Stonewall activists seek to 'Reclaim Pride' from corporations and police on 50th Anniversary
A man walks on steps covered in rainbow colors for Pride Month at Franklin D. Roosevelt Four Freedoms Park on June 15, 2019 in New York City AFP

In Nanette, the standup show by Hannah Gadsby, the comedian tells the audience that her first introduction to gay people was seeing the Sydney Gay and Lesbian Mardi Gras on TV, recounting jokingly: “Oh, there they are — my people. They’re busy aren’t they? Gosh, don’t they love to dance and party? I used to sit there and watch it and go, where . . . do the quiet gays go?”


Pride has not always a celebration — far from it. The flier that announced the first Pride march in New York, 1970's Christopher Street Liberation Day March, read: “Gay Liberation is for the homosexual who stands up and fights back.”

The modern LGBTQ rights movement was famously born in June 1969 when patrons of New York’s Stonewall Inn, a gay bar in the Greenwich Village neighborhood of Manhattan, fought back against a NYPD raid. Twenty-one people were arrested and many were injured in the riots against police brutality that ensued over the coming days.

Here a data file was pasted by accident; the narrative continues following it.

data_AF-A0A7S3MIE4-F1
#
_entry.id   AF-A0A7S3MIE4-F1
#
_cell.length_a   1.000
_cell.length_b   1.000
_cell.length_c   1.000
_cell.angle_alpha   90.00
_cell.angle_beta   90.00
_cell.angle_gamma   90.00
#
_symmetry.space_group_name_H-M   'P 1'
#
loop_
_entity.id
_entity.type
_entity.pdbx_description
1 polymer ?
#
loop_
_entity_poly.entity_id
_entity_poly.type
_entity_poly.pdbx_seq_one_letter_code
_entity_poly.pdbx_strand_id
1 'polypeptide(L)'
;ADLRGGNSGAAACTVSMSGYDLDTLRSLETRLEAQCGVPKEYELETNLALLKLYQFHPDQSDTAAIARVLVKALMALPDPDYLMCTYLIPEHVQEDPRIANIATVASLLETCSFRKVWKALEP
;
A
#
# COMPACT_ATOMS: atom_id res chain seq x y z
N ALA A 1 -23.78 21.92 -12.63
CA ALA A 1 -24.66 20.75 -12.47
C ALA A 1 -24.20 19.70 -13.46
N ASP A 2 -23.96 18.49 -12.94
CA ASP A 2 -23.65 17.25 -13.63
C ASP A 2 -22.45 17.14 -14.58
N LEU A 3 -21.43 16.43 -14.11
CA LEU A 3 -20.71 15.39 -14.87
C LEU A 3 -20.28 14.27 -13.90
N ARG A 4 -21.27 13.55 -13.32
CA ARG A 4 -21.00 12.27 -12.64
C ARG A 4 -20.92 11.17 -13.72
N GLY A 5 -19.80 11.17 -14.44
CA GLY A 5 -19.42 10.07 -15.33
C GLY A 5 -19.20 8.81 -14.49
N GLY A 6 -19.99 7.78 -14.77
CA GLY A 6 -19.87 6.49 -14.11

The New York City Pride march, which annually commemorates the Stonewall uprising, is believed to be the largest Pride celebration in the world. This year, on the 50th anniversary of Stonewall, it will face a competing march. The rival, known as the Queer Liberation March, is organized by the Reclaim Pride Coalition, who seek to commemorate the legacy of the Stonewall uprising by returning to its radical roots.

In recent years, a group of activists began marching as a resistance contingent in protest of the huge role that corporations and police have come to occupy in the annual Pride march.